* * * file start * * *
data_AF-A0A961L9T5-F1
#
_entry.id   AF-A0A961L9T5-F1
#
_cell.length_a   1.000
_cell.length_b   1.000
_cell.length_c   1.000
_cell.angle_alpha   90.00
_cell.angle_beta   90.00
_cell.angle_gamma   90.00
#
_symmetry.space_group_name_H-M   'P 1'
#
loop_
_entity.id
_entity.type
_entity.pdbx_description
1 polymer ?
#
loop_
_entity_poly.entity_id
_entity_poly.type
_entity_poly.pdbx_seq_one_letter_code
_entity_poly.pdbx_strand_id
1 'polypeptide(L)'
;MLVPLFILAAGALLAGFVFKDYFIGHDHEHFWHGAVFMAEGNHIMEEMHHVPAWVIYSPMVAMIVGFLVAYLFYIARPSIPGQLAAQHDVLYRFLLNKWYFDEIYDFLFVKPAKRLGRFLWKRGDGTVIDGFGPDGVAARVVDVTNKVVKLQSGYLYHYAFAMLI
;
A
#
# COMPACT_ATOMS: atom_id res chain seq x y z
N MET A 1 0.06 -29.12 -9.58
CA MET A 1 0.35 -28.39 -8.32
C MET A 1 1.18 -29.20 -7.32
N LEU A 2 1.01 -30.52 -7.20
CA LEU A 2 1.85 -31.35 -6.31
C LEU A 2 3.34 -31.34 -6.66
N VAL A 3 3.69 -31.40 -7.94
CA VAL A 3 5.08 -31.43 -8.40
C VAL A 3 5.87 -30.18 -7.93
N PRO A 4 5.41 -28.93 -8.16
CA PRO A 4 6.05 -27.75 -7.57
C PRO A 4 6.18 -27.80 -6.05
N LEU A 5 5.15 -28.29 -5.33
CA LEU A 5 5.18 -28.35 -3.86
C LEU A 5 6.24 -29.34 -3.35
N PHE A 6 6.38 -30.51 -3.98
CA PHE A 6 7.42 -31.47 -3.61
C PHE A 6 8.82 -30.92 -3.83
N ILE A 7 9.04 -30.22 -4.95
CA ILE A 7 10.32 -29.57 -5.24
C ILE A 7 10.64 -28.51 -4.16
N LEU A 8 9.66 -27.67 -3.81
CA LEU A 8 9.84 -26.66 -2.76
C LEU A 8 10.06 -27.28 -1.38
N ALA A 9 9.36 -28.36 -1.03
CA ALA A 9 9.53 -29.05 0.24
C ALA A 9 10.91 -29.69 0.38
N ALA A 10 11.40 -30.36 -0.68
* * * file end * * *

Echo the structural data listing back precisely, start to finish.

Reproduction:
data_AF-A0A961L9T5-F1
#
_entry.id   AF-A0A961L9T5-F1
#
_cell.length_a   1.000
_cell.length_b   1.000
_cell.length_c   1.000
_cell.angle_alpha   90.00
_cell.angle_beta   90.00
_cell.angle_gamma   90.00
#
_symmetry.space_group_name_H-M   'P 1'
#
loop_
_entity.id
_entity.type
_entity.pdbx_description
1 polymer ?
#
loop_
_entity_poly.entity_id
_entity_poly.type
_entity_poly.pdbx_seq_one_letter_code
_entity_poly.pdbx_strand_id
1 'polypeptide(L)'
;MLVPLFILAAGALLAGFVFKDYFIGHDHEHFWHGAVFMAEGNHIMEEMHHVPAWVIYSPMVAMIVGFLVAYLFYIARPSIPGQLAAQHDVLYRFLLNKWYFDEIYDFLFVKPAKRLGRFLWKRGDGTVIDGFGPDGVAARVVDVTNKVVKLQSGYLYHYAFAMLI
;
A
#
# COMPACT_ATOMS: atom_id res chain seq x y z
N MET A 1 0.06 -29.12 -9.58
CA MET A 1 0.35 -28.39 -8.32
C MET A 1 1.18 -29.20 -7.32
N LEU A 2 1.01 -30.52 -7.20
CA LEU A 2 1.85 -31.35 -6.31
C LEU A 2 3.34 -31.34 -6.66
N VAL A 3 3.69 -31.40 -7.94
CA VAL A 3 5.08 -31.43 -8.40
C VAL A 3 5.87 -30.18 -7.93
N PRO A 4 5.41 -28.93 -8.16
CA PRO A 4 6.05 -27.75 -7.57
C PRO A 4 6.18 -27.80 -6.05
N LEU A 5 5.15 -28.29 -5.33
CA LEU A 5 5.18 -28.35 -3.86
C LEU A 5 6.24 -29.34 -3.35
N PHE A 6 6.38 -30.51 -3.98
CA PHE A 6 7.42 -31.47 -3.61
C PHE A 6 8.82 -30.92 -3.83
N ILE A 7 9.04 -30.22 -4.95
CA ILE A 7 10.32 -29.57 -5.24
C ILE A 7 10.64 -28.51 -4.16
N LEU A 8 9.66 -27.67 -3.81
CA LEU A 8 9.84 -26.66 -2.76
C LEU A 8 10.06 -27.28 -1.38
N ALA A 9 9.36 -28.36 -1.03
CA ALA A 9 9.53 -29.05 0.24
C ALA A 9 10.91 -29.69 0.38
N ALA A 10 11.40 -30.36 -0.68